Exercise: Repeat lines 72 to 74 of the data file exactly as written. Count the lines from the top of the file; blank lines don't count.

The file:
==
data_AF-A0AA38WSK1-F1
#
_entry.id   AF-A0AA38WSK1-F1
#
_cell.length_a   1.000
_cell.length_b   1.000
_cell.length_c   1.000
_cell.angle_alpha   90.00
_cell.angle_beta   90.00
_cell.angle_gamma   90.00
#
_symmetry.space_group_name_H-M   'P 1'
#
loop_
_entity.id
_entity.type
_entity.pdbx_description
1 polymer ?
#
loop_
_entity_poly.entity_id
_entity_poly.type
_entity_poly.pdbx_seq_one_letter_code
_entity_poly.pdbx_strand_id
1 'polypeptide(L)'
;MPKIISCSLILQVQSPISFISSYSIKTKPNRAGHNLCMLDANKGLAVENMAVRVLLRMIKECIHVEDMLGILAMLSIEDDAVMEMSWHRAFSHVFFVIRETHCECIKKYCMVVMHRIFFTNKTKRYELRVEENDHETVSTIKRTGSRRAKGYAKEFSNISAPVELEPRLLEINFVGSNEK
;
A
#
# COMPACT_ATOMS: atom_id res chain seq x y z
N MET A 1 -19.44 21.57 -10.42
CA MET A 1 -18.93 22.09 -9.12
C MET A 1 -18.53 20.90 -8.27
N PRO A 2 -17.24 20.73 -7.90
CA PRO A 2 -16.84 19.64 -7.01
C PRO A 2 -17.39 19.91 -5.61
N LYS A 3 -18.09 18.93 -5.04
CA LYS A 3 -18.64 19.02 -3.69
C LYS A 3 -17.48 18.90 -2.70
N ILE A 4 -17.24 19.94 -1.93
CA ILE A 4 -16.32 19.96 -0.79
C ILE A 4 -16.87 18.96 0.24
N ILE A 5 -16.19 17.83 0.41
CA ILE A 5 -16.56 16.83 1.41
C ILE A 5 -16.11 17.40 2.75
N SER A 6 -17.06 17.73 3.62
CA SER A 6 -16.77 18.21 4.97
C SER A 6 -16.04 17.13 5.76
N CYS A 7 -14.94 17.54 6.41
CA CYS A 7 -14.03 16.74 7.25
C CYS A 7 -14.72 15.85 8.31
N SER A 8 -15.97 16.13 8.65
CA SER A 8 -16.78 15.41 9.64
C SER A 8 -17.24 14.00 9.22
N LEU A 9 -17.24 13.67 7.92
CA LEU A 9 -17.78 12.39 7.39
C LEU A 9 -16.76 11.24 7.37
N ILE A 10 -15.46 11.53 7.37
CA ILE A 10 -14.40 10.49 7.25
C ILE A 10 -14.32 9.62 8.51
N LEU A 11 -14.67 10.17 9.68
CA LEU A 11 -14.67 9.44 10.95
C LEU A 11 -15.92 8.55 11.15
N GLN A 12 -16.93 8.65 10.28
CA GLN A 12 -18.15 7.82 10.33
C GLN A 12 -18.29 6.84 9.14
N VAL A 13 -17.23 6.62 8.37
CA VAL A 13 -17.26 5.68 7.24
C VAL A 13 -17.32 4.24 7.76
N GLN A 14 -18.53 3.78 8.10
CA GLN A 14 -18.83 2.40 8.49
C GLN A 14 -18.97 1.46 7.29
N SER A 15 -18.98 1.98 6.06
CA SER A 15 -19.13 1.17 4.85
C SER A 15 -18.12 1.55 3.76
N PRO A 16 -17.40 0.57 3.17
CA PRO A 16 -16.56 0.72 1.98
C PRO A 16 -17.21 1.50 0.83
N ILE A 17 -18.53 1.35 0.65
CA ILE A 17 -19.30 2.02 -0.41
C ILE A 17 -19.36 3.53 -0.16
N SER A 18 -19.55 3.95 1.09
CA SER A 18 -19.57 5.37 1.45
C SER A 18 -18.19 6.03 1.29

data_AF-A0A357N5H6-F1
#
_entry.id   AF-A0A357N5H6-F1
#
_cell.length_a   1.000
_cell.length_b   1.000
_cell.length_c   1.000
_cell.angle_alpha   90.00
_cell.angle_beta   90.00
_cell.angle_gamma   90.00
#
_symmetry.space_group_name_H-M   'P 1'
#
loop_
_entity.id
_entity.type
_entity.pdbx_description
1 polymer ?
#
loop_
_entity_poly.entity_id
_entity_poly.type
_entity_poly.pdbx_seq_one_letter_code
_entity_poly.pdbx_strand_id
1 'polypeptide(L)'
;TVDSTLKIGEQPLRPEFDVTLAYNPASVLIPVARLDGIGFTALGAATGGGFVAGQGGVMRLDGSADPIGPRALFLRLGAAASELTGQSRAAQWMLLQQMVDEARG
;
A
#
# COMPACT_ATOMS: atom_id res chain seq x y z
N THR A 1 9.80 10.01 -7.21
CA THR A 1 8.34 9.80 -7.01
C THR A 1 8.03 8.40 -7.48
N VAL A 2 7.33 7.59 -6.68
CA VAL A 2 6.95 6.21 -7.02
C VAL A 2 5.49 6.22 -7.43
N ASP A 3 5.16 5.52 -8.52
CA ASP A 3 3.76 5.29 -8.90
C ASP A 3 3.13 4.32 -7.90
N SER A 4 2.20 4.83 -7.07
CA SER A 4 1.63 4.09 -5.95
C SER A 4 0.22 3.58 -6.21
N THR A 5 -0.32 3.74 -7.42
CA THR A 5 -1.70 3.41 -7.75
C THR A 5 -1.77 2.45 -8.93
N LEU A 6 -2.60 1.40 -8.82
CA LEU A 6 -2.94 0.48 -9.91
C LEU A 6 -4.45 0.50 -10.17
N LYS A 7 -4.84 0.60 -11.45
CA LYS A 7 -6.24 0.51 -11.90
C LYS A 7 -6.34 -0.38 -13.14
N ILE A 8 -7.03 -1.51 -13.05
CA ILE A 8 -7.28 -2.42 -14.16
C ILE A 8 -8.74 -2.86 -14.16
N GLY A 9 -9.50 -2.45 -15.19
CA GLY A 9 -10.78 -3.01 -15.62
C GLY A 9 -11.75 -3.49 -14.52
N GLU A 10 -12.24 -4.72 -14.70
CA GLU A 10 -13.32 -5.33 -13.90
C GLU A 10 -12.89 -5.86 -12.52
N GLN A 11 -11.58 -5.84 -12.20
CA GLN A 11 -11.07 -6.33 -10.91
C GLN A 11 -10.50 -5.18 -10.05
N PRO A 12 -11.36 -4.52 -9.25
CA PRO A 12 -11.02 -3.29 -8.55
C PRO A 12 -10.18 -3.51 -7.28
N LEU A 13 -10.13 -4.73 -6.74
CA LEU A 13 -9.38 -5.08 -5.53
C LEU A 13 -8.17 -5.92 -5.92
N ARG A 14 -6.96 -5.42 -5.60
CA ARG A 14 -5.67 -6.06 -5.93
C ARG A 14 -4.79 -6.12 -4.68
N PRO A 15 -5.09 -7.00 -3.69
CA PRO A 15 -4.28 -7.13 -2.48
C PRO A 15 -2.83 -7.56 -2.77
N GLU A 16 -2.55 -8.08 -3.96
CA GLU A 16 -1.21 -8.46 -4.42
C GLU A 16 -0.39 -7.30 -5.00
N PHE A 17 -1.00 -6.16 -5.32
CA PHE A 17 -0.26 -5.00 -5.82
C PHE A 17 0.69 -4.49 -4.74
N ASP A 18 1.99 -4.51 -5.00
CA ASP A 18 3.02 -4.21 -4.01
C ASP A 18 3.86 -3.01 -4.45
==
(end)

C GLN A 14 -18.97 1.46 7.29
N SER A 15 -18.98 1.98 6.06
CA SER A 15 -19.13 1.17 4.85